By AUDREY INGRAM, Times Herald Staff Writer
At 8 years old, Wrinkle was done playing. The black dog had severe hip dysplasia, an abnormal formation of the hip socket that causes painful arthritis and can lead to lameness. After eight months of laser treatments, Wrinkle began interacting more with his family, owner Sammi Elliott said. But she could tell he was still in pain. So in October, Wrinkle became one of the first two dogs to undergo stem-cell therapy with veterinarian Rexanne Struve at Veterinary Associates of Manning.
Wrinkle’s hip-ball joint was not properly set, Struve explained — as a result, he wore the cartilage down until his hip joints were grinding bone-on-bone. Laser treatments cut down pain and inflammation by stimulating the mitochondria — the energy producers — in all of a body’s cells, Struve added. But stem cells are the body’s actual repair cells. In stem-cell therapy, the animal’s fat is removed, and those cells are stimulated and reintroduced back into the body, where they actually produce new cartilage and tissue, she continued. The repairs will never be perfect, she said — but they will make the injuries more comfortable and functional.
The initial procedure to remove the stem cells takes between four and five hours. The veterinarian opens a 1½-inch incision just under the bottom of the dog’s ribs. She removes about one-third of an ounce of fat from the falciform ligament that connects the liver to the body wall. The one-third ounce of Wrinkle’s fat contained nearly 1 billion stem cells, 98 percent of which were active. Enzymes are added to the cells and activated by specific wavelengths, then injected back into the dog’s joints or into a vein near an area of inflammation — a much quicker procedure than the cell removal. The whole process — removal, activation and reinjection — can all be completed in one day, Struve said.
Half of Wrinkle’s cells were flown to MediVet Biologics in Kentucky to be cryofrozen — when the dog starts exhibiting symptoms of painful arthritis again, Struve can call the lab in Kentucky and have the cells flown to Manning overnight to be reinjected into the dog, which will restart the healing process. Stem-cell therapy is a relatively new procedure, Struve said. The veterinary world has been exploring the therapy for four years. Current research shows that it can take up to three years after receiving stem-cell therapy for a dog to start to regress, Struve said. She expects the acceptance and use of the therapy to grow, particularly among owners of bigger dog breeds, such as Labrador retrievers, German shepherds, golden retrievers and Great Danes, which are more prone to arthritis. Often, a dog’s organs can be perfectly healthy, but arthritis causes the dog so much pain that its owner feels a need to euthanize the animal. Such was the case with another of Elliott’s dogs, a 14-year-old German shepherd-Rottweiler mix named Jade. The loss was heartbreaking, Elliott said, and when Wrinkle started exhibiting the same pain, she jumped on the chance to try laser therapy. After eight months of this therapy, she was one of the first to try stem-cell therapy, which she cites as a resounding success. “I didn’t want to lose another animal because of something that could be fixed,” Elliott said.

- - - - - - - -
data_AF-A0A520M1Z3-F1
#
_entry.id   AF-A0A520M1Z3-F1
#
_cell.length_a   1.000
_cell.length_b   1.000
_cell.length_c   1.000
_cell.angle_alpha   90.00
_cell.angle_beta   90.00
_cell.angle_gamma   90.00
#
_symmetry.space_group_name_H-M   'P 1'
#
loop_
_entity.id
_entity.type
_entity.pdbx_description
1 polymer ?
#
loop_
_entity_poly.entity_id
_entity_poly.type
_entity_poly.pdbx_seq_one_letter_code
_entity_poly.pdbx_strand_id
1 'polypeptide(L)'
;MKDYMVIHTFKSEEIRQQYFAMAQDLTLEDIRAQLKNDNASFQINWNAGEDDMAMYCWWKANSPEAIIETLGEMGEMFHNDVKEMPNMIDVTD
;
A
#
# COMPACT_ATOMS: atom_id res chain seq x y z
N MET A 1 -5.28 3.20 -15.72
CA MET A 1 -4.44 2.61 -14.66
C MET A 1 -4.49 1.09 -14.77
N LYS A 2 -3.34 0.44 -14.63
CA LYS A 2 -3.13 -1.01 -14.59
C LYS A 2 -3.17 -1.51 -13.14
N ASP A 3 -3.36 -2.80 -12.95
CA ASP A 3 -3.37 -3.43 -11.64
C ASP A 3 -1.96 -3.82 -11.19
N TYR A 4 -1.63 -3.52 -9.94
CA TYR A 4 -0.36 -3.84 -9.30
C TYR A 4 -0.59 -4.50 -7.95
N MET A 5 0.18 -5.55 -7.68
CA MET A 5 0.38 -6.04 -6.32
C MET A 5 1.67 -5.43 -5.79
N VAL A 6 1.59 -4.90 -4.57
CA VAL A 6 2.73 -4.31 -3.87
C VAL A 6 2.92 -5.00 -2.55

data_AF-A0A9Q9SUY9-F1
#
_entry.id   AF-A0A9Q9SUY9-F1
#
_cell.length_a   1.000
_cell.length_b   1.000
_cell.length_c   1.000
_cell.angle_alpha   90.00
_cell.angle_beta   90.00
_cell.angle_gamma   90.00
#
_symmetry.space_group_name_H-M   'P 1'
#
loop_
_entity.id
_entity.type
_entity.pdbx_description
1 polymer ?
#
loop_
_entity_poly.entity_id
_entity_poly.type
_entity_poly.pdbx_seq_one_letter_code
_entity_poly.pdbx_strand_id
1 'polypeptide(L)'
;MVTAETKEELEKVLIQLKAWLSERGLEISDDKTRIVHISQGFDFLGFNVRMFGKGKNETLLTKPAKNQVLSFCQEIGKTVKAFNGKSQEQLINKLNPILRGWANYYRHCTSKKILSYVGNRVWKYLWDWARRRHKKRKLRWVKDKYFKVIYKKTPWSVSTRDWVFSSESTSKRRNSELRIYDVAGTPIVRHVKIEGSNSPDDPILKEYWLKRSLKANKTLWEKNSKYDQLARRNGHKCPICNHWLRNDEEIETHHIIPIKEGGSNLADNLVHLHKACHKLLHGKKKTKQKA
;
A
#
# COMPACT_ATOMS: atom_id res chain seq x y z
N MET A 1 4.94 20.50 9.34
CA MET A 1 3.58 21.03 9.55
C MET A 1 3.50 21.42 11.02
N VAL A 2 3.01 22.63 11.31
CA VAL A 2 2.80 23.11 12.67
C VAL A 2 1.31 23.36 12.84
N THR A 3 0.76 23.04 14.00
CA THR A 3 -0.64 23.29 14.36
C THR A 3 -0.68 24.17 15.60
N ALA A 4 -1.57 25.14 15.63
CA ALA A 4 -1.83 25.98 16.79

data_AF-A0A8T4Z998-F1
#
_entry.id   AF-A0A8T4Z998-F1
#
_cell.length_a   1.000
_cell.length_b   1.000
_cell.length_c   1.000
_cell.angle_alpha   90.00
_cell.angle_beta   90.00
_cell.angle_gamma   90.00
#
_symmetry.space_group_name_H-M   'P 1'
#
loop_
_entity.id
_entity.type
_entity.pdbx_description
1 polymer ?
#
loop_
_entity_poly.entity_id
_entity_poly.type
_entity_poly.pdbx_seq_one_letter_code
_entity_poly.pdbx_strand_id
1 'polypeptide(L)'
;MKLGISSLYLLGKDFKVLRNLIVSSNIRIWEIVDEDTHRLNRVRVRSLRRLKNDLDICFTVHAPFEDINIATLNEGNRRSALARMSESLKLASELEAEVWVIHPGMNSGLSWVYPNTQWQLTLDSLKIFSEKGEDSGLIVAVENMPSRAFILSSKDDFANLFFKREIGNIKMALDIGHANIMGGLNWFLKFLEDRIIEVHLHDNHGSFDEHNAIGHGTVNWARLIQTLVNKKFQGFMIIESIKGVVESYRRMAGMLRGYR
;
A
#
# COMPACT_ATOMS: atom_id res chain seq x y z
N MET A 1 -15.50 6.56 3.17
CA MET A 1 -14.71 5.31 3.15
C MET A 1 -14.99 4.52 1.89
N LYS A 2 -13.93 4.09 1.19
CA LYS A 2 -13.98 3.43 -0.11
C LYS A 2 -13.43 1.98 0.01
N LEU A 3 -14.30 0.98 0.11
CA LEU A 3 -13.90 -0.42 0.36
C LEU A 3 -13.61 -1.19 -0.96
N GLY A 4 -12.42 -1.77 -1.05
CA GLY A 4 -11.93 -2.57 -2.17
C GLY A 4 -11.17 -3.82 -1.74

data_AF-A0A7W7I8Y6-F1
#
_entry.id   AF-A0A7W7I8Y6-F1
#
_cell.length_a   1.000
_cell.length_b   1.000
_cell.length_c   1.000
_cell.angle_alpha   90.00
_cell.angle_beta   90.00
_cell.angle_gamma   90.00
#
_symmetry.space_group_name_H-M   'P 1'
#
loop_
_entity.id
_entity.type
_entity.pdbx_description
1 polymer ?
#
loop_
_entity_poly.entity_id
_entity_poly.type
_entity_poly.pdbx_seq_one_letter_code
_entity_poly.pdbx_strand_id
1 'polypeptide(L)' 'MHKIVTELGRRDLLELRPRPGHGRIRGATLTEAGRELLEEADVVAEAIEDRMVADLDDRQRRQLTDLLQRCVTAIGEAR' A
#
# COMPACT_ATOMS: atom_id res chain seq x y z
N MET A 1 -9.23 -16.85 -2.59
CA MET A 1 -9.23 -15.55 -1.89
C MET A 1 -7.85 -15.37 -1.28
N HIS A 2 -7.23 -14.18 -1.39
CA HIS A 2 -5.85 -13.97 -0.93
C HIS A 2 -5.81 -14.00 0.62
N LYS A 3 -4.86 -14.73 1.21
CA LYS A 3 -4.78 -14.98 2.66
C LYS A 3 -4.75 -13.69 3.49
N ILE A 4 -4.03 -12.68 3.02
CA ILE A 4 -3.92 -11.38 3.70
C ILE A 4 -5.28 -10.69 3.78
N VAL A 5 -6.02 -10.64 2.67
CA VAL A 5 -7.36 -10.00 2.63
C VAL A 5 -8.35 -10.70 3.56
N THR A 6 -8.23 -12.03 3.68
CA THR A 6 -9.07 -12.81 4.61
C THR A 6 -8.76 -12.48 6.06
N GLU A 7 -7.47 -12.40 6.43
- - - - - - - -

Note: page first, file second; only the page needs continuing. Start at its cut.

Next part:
The 41-year-old animal lover is a volunteer and foster-care provider for Animal Rescue of Carroll. Raised in Coon Rapids, she returned to the Carroll area about three years ago. Elliott has owned the now-sleek Wrinkle since he was 8 weeks old. He showed up on the South Dakota Native American reservation where Elliott was teaching about a week after her best friend was killed. At the time, he was mangy and had no fur on his face — he earned his name for the wrinkles that covered his head instead. Wrinkle now jumps around to greet new friends and doesn’t hesitate when it is time to leap in or out of a car, Elliott said. Before the therapy, he couldn’t stand for long, and he bowed his legs — now, he can sit squarely.
Struve has now completed stem-cell therapy for five dogs, with a sixth in the wings, she said. The therapy is an investment — $1,700 for a small animal and $2,200 for a large animal, as well as lab work leading up to the procedure and about $150 per year in storage costs. In the future, it could be a common practice to have stem cells collected and processed from a young animal while it is already under anesthesia to be spayed or neutered, she said. Ten years and $1,500 later — from storage costs — the cells could be reinjected to tackle a number of ailments — not a bad trade, considering the cost of pain medication, she added.
The phrase “stem cells” often has elicited controversy, but that is because scientists thought very young embryonic cells were needed, Struve said. They have since realized that older stem cells are effective — there is also no age at which a dog is too old to have the procedure done, unless there is a concern that the animal would die under anesthesia. “There are no side effects, only side benefits,” Struve said. At worst, an animal could simply not respond to the therapy, though that has not been the case so far at Struve’s clinic.
The veterinarian invested about $17,000 in the stem-cell-therapy equipment. Payback is slow, but the equipment does not need to be in every veterinary clinic, Struve said. In March, she plans to reach out to other clinics in the area for referrals. She doesn’t want to take patients away from other veterinarians, she stressed, but her lab can provide the stem-cell therapy separately from regular veterinary care. She does not foresee a need for a local storage facility. Currently, stem cells in animals are primarily used to treat arthritis and joint injuries, but veterinarians have only brushed the “tip of the iceberg” in their knowledge of stem cells, Struve said.